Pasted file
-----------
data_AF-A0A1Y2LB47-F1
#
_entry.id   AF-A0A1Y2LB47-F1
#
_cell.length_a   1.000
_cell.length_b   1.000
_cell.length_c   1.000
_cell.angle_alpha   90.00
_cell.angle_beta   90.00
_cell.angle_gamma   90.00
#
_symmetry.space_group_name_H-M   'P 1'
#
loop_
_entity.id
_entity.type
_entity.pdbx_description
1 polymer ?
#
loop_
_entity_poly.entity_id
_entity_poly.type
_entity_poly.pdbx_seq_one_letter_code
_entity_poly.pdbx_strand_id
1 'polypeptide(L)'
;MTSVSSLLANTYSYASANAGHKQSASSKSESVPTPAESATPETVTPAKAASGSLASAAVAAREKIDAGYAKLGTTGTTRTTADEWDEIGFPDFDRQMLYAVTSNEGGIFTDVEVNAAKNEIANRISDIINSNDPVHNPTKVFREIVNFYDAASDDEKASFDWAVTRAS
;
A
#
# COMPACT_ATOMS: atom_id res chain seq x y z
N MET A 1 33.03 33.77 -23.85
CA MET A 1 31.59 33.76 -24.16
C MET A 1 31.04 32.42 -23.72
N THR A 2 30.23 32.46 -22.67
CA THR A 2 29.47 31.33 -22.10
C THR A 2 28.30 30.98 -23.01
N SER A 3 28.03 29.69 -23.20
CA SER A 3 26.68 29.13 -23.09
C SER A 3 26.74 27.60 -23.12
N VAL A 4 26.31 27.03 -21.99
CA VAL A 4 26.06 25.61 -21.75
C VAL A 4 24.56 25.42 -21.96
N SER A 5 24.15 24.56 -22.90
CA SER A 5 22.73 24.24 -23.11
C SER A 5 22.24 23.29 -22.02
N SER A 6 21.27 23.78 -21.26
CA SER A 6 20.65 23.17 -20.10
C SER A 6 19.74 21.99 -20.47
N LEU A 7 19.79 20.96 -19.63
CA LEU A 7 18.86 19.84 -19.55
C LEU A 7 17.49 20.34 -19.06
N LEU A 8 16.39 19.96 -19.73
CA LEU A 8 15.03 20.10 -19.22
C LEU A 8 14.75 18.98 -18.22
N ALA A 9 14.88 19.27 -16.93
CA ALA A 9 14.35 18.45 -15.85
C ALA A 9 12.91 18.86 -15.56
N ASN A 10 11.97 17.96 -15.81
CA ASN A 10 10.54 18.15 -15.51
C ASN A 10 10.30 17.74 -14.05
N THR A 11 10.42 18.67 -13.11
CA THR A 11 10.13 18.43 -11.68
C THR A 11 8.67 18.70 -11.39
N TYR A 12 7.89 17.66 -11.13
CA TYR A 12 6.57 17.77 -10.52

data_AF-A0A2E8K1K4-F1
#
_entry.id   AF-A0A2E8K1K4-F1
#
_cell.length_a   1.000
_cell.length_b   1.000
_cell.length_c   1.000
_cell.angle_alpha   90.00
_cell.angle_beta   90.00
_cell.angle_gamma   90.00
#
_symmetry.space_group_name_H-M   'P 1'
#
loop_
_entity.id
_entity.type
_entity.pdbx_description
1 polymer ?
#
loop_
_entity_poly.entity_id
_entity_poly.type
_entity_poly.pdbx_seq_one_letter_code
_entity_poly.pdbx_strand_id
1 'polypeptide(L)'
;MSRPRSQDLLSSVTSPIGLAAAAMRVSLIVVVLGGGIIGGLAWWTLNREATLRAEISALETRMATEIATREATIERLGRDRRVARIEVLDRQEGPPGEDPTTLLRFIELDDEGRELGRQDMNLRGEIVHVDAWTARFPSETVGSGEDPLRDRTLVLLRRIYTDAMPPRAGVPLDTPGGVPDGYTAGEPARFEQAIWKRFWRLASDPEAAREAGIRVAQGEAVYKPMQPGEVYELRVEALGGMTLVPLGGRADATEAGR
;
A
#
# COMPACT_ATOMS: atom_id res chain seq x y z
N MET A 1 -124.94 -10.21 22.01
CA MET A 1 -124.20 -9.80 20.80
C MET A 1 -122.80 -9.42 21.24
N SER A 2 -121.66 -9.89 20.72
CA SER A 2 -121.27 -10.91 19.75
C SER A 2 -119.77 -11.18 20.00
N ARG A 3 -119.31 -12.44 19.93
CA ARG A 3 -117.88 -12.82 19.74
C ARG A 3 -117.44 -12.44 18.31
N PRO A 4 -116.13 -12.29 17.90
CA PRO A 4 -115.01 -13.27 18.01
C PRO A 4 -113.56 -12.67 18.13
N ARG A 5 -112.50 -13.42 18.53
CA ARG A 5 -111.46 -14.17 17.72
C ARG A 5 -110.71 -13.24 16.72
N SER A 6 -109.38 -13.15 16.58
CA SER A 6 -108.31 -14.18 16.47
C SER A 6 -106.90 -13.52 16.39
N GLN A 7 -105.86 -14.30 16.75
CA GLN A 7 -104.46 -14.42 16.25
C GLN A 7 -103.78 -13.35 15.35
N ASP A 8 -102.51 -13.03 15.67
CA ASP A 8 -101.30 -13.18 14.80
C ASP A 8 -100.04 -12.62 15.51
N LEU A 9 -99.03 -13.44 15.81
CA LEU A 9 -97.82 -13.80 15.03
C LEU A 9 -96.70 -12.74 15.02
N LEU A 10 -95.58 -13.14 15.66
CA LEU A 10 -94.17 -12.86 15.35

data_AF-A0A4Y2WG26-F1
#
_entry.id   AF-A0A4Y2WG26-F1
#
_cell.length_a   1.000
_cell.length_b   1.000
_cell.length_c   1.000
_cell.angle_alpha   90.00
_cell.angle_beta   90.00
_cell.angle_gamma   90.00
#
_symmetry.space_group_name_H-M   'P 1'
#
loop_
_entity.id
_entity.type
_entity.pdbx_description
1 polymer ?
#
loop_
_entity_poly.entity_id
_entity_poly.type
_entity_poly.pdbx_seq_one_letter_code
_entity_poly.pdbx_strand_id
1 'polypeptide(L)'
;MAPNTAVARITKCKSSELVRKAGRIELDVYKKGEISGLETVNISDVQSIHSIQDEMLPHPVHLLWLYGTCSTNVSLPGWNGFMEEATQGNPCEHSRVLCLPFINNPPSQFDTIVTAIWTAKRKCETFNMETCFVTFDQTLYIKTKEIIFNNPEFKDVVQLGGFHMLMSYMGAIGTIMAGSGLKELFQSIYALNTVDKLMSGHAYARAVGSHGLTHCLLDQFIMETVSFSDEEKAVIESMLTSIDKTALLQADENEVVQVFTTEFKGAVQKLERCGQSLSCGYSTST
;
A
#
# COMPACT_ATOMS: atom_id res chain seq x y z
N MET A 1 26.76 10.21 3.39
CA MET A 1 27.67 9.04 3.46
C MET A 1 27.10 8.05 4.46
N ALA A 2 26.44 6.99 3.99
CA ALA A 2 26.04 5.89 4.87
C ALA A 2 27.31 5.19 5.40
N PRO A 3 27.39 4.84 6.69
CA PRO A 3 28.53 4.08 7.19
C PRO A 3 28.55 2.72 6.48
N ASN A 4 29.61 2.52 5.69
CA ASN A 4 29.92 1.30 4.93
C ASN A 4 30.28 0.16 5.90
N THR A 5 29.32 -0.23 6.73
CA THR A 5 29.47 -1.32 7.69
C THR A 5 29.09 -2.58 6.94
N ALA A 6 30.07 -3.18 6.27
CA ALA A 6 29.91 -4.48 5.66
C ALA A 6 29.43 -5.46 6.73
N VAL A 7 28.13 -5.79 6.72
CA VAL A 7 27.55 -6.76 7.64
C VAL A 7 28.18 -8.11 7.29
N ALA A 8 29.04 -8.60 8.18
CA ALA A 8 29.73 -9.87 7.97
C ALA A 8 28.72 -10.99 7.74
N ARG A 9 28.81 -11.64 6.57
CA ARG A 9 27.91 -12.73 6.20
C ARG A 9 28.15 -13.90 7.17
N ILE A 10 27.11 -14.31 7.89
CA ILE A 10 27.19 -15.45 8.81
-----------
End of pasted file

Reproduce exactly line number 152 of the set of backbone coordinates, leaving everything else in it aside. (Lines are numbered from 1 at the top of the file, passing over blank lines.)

A